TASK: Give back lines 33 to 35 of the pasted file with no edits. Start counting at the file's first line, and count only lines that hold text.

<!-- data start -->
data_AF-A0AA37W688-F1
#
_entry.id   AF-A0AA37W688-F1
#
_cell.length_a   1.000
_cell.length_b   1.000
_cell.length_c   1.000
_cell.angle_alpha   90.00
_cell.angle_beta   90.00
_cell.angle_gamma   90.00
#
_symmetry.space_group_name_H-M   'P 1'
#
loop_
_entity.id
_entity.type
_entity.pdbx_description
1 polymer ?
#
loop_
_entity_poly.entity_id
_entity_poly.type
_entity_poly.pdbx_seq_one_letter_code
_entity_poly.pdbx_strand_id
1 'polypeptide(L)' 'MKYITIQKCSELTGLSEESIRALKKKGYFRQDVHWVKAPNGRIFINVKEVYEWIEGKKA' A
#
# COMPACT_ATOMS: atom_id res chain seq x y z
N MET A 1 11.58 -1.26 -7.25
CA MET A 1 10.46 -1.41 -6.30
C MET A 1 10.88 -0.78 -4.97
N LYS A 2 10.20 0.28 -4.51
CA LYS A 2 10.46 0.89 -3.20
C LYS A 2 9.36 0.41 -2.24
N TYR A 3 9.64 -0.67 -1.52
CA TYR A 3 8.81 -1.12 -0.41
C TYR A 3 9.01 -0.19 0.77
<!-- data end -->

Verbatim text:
C LYS A 2 9.36 0.41 -2.24
N TYR A 3 9.64 -0.67 -1.52
CA TYR A 3 8.81 -1.12 -0.41